Your cart is currently empty!
There is no doubt that tennis is one of the most beautiful and popular sports in the world. In fact, nearly 90 million people play tennis at least once a year. However, it is also an intensely demanding sport that can lead to many potential injuries. That’s why it’s essential to prepare and prevent tennis injury whenever possible.
The authors of From Breakpoint to Advantage: A Practical Guide to Optimal Tennis Health and Performance, Babette Pluim and Marc Safran, argue that the profile of tennis injuries differs from other sports due to the combination of biomechanics, physical demands, and equipment.
According to a study on tennis injuries, a tennis player suffers from up to three injuries a year on average. They are most commonly in the lower and upper extremities and less commonly in the trunk area. But don’t let that stop you from enjoying this beautiful game.
Here are some tips to help you prevent injuries when playing tennis.
As previously mentioned by Pluim and Safran, tennis equipment can play a significant role in the profile of injuries. That’s one of the things that makes it stand out from other sports. It is one more reason to choose the right gear that will help protect you from injury during tennis season.
First, you need a racket that fits your experience level and your game style. For example, your choice will be different is you prefer singles or doubles play, serve/volley or baseline play, etc. Consider the weight of the racket, string tension, and grip size.
A heavier racket is going to be more powerful and absorb shock better. On the other hand, a lighter one will help increase the speed of your strokes and make it easier for you to move around the net.
Lower string tension will reduce the shock on your elbow. The correct grip size will help prevent the possibility of wrist strain and tennis elbow.
Just as importantly, choose tennis shoes that fit correctly. They should support your ankles and arches and are appropriate for the type of surface you are playing on.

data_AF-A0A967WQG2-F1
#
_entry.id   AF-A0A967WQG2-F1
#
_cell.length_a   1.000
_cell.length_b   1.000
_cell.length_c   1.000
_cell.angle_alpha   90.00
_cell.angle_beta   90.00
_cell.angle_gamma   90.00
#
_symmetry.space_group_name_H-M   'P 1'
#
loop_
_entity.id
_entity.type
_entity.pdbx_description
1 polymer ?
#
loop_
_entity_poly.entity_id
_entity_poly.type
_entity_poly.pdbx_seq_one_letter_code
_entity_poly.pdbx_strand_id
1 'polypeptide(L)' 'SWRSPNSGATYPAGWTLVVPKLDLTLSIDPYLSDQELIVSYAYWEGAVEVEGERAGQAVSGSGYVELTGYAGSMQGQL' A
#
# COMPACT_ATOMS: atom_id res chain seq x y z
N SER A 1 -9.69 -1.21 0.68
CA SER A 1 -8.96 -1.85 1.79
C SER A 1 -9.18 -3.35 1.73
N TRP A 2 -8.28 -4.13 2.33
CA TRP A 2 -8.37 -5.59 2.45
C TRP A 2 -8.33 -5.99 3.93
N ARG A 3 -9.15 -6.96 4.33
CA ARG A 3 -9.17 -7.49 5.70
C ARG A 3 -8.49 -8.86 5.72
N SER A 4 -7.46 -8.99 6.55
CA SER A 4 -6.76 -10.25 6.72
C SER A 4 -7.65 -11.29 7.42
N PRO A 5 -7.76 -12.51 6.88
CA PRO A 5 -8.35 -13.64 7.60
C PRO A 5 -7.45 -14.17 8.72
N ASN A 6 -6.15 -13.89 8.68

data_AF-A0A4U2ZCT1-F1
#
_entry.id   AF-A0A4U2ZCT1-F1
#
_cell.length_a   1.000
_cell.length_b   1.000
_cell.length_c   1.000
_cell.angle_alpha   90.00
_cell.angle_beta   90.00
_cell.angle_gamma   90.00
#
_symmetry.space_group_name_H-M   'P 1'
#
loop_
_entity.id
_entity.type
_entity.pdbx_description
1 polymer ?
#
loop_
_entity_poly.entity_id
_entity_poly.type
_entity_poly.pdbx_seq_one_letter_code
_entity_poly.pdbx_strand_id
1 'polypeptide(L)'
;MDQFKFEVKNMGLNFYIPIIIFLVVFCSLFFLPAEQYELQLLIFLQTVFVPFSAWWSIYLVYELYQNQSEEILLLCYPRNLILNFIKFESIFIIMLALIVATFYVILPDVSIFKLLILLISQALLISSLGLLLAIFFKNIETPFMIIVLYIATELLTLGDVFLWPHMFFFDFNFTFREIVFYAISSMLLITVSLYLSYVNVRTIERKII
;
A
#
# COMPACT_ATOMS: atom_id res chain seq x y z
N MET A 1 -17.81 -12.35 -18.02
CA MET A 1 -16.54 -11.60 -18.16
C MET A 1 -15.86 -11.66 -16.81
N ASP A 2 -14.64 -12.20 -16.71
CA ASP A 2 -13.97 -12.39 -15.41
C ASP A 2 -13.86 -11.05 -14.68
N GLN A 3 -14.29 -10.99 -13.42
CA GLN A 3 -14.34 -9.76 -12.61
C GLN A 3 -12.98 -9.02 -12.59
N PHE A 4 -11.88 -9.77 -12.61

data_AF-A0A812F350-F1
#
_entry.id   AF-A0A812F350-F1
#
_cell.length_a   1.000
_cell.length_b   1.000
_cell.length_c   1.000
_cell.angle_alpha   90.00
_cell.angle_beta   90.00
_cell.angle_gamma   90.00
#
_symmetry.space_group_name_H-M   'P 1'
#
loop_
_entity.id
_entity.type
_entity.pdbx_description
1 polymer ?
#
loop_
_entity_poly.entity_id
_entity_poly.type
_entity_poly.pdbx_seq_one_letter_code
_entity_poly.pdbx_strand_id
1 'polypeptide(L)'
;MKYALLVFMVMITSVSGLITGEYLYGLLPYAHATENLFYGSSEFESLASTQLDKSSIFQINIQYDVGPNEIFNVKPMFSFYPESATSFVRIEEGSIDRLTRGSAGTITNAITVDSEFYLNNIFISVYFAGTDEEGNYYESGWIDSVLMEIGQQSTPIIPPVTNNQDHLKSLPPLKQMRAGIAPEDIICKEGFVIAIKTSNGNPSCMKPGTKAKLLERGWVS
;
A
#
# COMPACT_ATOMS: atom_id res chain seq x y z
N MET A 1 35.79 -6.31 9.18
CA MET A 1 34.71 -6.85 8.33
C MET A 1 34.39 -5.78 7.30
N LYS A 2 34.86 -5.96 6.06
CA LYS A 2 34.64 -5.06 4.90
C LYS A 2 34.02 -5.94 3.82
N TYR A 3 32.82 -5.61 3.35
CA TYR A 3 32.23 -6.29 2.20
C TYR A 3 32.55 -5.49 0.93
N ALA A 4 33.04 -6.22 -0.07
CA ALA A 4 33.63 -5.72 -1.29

We recommend getting a professional opinion on how to select the equipment that is right for you. That’s one step closer to avoiding any injuries.
Tennis is not only about what happens on the court. We can’t overemphasize the importance of good preparation before playing and plentiful time for recovery after playing. That’s the best way to prevent tennis injury.
A warm-up routine that includes dynamic stretching and practicing tennis strokes can help you prevent muscular strain. It can help improve flexibility of your tendons and ligaments and improve the motion of your joints.
To better prepare yourself and lower your chances of injury, you can also use red light therapy. It is a safe, natural, and effective type of treatment. It uses light-emitting diodes that imitate natural sunlight at dusk and dawn but without harmful UV rays.
Red light therapy consists of red light and near-infrared light. Red light belongs to the visible light spectrum. Its wavelengths are typically between 630 and 700 nanometers. For example, it is most effective on the skin’s surface regarding wound healing.
Near-infrared light belongs to the invisible light spectrum, and its wavelengths are considerably longer, from 700 nanometers to 2,500. Though those between 810 and 850 have proven to be the most effective. Near-infrared light penetrates beyond the surface of the skin, helping you increase your muscle performance, boost your energy levels, help manage your pain and relieve your stress.